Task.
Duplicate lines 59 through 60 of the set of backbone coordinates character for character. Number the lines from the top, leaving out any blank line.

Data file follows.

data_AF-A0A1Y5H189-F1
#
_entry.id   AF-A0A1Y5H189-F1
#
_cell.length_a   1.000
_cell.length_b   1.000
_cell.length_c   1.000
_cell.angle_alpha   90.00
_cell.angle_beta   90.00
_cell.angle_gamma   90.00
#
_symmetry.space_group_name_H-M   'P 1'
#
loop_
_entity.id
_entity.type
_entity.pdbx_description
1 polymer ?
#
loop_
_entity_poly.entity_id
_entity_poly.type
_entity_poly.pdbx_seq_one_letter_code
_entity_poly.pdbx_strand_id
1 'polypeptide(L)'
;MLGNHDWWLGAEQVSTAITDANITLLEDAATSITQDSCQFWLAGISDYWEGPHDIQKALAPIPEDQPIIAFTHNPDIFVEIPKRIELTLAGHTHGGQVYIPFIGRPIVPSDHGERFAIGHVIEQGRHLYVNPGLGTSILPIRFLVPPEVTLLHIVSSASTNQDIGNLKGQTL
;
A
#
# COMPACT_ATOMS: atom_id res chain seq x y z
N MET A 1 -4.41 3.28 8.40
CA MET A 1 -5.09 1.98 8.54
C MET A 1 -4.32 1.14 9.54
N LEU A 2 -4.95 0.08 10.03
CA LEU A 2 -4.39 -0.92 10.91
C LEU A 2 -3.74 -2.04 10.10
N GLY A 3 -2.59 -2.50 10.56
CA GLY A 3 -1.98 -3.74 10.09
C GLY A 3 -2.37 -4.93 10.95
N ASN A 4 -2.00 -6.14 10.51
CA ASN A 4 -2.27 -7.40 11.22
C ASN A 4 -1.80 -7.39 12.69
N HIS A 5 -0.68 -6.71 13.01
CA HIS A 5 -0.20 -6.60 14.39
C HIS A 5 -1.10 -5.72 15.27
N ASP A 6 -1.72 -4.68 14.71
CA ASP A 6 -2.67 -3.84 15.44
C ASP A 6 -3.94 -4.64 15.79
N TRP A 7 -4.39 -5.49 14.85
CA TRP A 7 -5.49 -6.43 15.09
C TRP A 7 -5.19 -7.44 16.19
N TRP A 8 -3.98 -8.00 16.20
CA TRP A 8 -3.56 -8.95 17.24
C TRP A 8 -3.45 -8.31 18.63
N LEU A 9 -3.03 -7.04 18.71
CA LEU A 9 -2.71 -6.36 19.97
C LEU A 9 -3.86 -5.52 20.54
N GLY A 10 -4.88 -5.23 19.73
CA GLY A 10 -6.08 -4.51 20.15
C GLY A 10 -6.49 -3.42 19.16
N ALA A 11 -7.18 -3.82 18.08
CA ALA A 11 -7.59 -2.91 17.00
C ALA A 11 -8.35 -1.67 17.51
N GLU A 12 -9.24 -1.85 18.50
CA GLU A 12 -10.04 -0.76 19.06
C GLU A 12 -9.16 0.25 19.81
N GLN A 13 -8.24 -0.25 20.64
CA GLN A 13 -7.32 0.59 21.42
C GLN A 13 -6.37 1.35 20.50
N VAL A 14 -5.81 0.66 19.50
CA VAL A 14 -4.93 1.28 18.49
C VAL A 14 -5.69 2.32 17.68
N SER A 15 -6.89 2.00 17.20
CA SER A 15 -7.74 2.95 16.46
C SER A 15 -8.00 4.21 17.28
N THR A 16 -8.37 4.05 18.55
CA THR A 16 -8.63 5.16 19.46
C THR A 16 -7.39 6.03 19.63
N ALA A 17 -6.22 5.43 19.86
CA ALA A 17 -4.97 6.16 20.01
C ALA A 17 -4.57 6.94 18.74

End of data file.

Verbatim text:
CA GLY A 10 -6.08 -4.51 20.15
C GLY A 10 -6.49 -3.42 19.16